6.  William Faulkner–nothing I read really interested me.  I once thought his run-on (and on…and on…) sentences were somewhat symbolic, but I think I was feeling generous that day.  Or there was something in the cafeteria food.

7.  Any math books, especially ones with word problems.  I never did get those.  “If there are two trains running at each other from different parts of the country, where will they meet?” “God willing, they’ll PASS each other.”  Thank you and good night.

Where are you going, dear readers?  That’s only seven!  Hang in there, kids.

8.  The Brothers Karamazov by Fyodor Dostoevsky  Each character had elebendy-jillion names, depending on who was talking and what day of the week it was.  In high school, it’s confusing enough just trying to find the right classroom.  This was too much.

9.  The last “Cat Who…” book I read by Lillian Jackson Braun.  I loved the entire series up to that one, and I can’t remember the name.  It seemed the entire book was merely a cut-and-paste of the previous ones, as if the author was tired of writing–or someone else had taken over.  Pity.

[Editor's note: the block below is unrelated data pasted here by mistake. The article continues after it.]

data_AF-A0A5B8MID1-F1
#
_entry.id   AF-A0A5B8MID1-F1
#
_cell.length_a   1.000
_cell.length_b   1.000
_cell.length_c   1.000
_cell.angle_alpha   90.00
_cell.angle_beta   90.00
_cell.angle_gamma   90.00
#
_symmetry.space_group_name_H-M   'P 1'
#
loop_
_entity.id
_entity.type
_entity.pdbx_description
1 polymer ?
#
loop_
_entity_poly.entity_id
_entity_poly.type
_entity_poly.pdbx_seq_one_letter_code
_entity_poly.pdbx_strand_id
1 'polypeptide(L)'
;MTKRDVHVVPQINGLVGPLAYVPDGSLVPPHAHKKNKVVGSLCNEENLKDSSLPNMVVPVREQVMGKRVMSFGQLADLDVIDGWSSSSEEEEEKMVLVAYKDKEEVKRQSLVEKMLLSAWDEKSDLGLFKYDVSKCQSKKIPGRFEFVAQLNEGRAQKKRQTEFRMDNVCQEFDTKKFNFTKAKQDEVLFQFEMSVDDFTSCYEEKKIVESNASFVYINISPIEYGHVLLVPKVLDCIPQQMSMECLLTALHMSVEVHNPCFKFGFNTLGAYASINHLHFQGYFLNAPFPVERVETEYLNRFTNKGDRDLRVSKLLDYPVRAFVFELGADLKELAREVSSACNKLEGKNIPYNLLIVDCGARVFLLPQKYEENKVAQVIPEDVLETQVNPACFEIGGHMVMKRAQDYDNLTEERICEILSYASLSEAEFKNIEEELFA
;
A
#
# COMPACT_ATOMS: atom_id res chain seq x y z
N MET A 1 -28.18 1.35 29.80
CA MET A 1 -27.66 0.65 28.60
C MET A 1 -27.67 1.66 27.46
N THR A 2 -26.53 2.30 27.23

10.   That book I picked up at a sale, you know, that one with the…oh, heck, you’re going to make me go upstairs to find it, aren’t you.  Well, fine–just stay there, I won’t be long.  And don’t harass the cat, whatever you do.

I’m back.  The book is called The Sad Tale of the Brothers Grossbart by Jesse Bullington.  Again, a misleading blurb.  It was supposed to be funny, but after about a half-page, the two main characters merely roam the countryside murdering people in awful graphic ways.  Some humor.

This did turn out to be a long blog,  didn’t it?  Well, go ahead and wipe the cobwebs off–you may go back to your life now.  Unless you want to stay and ask questions or leave comments.  Like–do you have agreements or disagreements with any of the books I mentioned?  Care to share your finest-and-flawdest?

(Ha!  Made up another word!)

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One Response to Week 5 of Mountain Springs House Summer Blog Tour, and why I can’t stand Stephen King

  1. So funny that I am reading the Book of Tobit right now! Raphael figures into book two of the Merlin & Martha series and I had to make sure that I know him well enough to write him. Nice to see him mentioned here!

    I agree that most Stephen King is not worth picking up. There is such a thing as too horrible. However, if you ever feel brave enough to try again, The Stand is a wonderful book of good vs. evil. It almost made my list, but then I didn’t want to be associated with all his other too scary books!
    -Tammy